from the big walls of Acopan Tepui, Venezuela to the mossy boulders of western Washington. These photos were all published in Best Rock and Ice photos of 2016— Rock and Ice between issue number 231 (January 2016) and issue number 238 (November 2016).
Longs Peak, the Diamond and the lights of Denver. Midnight rules at Chasm View. Invisible by day, distant cities light the horizon like false dawns. You know it’s summer by the cigarette glow of forest fires. Photo: Jeff Long.
A nice mistake—Alden Pellett on a particularly blustery accidental first ascent of Between Wind and Water (NEI 5+) in 2015, Newfoundland, Canada. Pellett had been blocked from his true objective by a deep chasm in the approach. He and Ryan Stefiuk then redirected to this line, which they later learned was about the only ice on the wall that Joe Terravecchia and Casey Shaw hadn’t climbed. Beta for Newfoundland ice remains thin—it is not unusual for a team to complete an ascent thinking they have done a new route only to learn that Terravecchia had climbed it years ago. Photo: Christopher Beauchamp.
Alyse Dietel confronts the sloper crux of Return to Sender (5.12a), in Rifle, Colorado, a once-obscure route from the 1990s that is now a popular warm-up thanks to the addition of perma-draws, chalk and cleaning. Photo: Christopher Beauchamp.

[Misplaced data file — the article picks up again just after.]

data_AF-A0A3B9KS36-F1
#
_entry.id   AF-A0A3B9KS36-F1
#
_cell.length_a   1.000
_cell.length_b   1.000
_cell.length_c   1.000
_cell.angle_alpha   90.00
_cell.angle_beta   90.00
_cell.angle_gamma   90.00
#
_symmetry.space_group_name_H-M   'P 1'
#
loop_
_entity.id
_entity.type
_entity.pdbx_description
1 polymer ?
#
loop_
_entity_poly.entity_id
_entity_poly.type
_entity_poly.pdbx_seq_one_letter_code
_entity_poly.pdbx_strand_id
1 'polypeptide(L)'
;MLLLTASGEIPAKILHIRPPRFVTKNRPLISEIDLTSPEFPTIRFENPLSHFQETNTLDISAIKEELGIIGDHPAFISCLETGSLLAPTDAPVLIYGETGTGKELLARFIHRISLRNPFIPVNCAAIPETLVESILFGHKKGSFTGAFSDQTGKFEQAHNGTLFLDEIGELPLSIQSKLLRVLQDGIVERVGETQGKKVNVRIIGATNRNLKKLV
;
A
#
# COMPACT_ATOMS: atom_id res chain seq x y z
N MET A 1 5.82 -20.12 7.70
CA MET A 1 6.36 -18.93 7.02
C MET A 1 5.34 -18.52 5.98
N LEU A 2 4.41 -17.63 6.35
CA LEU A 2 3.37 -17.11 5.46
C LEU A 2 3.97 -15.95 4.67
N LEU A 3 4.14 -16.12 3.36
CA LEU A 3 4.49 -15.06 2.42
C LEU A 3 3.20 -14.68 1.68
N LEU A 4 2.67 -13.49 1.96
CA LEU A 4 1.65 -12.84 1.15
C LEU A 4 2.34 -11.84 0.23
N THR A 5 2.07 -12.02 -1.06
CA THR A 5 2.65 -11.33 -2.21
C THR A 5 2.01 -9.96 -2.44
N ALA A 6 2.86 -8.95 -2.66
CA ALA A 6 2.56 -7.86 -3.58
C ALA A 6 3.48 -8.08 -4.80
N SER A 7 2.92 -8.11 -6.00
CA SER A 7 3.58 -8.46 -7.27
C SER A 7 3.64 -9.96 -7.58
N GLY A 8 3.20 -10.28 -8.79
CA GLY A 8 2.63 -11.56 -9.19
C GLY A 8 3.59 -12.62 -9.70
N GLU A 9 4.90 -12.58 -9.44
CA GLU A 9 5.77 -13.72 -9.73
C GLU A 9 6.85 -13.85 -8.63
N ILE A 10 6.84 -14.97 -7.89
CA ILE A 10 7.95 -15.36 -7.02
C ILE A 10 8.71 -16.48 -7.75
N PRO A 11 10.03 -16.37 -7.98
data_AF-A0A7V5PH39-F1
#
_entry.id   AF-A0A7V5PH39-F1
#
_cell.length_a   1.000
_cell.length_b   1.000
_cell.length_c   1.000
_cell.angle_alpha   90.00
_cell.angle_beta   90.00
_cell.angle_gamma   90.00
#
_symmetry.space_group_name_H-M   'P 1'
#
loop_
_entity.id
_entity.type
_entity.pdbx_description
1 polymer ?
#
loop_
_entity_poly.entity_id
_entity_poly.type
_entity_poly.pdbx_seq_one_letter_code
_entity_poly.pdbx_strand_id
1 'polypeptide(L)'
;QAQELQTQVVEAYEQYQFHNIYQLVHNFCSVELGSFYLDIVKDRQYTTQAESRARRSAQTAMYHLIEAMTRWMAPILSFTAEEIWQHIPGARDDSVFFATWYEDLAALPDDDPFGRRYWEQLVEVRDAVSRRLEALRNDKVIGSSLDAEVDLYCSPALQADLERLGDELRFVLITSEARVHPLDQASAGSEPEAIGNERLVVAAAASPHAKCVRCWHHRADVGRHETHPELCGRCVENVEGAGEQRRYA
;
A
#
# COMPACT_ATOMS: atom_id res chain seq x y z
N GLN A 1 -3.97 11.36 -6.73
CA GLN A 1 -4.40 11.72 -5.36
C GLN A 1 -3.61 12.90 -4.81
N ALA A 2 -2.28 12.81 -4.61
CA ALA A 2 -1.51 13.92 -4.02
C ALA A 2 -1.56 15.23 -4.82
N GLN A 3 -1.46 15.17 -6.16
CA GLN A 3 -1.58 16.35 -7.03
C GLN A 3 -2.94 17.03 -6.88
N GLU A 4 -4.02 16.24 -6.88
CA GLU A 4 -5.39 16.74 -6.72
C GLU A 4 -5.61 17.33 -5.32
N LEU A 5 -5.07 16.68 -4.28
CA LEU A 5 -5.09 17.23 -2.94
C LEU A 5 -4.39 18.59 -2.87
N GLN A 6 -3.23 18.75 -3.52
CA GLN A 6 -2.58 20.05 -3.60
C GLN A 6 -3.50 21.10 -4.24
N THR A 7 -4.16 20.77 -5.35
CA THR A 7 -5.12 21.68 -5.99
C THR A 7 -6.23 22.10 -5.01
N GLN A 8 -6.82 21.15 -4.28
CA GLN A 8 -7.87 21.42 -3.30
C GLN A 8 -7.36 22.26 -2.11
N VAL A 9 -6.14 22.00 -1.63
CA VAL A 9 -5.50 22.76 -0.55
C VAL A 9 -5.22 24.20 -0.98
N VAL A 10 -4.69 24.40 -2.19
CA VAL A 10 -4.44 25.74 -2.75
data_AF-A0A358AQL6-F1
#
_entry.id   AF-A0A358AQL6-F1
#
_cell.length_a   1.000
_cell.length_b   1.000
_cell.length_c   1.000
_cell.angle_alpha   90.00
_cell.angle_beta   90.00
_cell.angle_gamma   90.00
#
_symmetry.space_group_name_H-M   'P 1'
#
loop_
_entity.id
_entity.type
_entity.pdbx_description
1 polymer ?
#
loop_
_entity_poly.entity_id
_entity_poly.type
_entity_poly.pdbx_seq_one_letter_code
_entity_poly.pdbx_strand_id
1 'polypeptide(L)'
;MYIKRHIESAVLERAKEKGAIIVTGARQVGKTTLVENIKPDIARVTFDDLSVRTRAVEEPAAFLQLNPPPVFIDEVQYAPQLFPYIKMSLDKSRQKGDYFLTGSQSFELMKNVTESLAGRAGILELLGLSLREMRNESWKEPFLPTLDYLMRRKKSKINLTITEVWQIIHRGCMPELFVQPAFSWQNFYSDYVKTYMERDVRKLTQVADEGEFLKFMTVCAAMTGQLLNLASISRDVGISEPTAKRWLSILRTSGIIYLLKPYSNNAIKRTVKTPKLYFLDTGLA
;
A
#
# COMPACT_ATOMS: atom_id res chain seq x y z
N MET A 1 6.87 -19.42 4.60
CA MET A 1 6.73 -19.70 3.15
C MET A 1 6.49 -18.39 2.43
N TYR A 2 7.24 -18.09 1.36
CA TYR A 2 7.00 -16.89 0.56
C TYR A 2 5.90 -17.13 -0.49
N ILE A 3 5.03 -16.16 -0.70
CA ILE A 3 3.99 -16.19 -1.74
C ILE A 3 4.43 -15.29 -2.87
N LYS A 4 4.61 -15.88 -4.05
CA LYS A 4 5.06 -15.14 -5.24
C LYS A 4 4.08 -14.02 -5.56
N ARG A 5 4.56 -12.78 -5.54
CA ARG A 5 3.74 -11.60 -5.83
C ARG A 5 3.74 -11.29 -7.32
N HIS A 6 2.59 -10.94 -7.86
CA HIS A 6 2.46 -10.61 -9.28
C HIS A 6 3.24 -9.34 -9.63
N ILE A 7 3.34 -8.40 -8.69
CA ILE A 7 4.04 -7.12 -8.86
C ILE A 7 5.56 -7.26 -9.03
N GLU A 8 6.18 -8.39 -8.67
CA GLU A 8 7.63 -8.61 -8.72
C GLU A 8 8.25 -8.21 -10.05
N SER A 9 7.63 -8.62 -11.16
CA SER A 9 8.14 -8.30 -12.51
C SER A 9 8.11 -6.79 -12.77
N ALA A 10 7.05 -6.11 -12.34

Mayan Smith-Gobat and Rednekk Justus (5.10+), Cabin Wall, Escalante Canyon, Colorado. Photo: Dan Holz.
Carlo Traversi dispatches Meadowlark Lemon (V14), Calico Basin, Red Rock, Nevada. Photo: Tim Kemple.
There be tigers! Oahu climber Matt Lutney checks out the deep water soloing near La Perouse Bay, south of the resort town of Wailea, Maui. La Perouse marks the beginning of the King’s Highway, an ancient trail that circumnavigates the island. The DWS here is pretty much endless (as are the tiger sharks). Photo: Anthony Wrightsman.
Grass roots climber Luis Cisneros atop pitch nine during the first ascent of Gravity Inversion (5.12d, 2,000 feet) on Acopan Tepui, Venezuela. Photo: Blake McCord.
El Corazon (8B/V13). The photographer happened upon Patrik Aufdenblatten in the Sassies of Rocklands, South Africa. The Swiss climber quickly dispatched nine 8a’s, including flashes of Pendragon and, shown here, El Corazon. Aufdenblatten, however, is better known for his sends on slightly larger rocks. He holds the speed record (7 hours 14 minutes) for the Bonatti Direct on the North Face of the Matterhorn, and, at 19, was the youngest person to free climb Free Rider on El Cap. In 2013, with Ines Papert and Lisi Steurer, Aufdenblatten opened Azazar (8a/5.13b, 1,400 feet) in the Taghia Gorge, Morocco. Photo: Jacques van Zyl.
Jan Hojer on Bleeding Brothers (V12), Hueco Tanks, Texas. This photo appeared on the cover of Rock and Ice issue 236 (August 2016). Photo: Alex Manelis.
Chris Schulte on Warhorse (V7), Morpheus Boulders, Washington. A dramatic line with a top out guarded by an airy—and consequential—15-foot fall onto a slab and into the waterfall. Photo: Truc Nguyen Allen.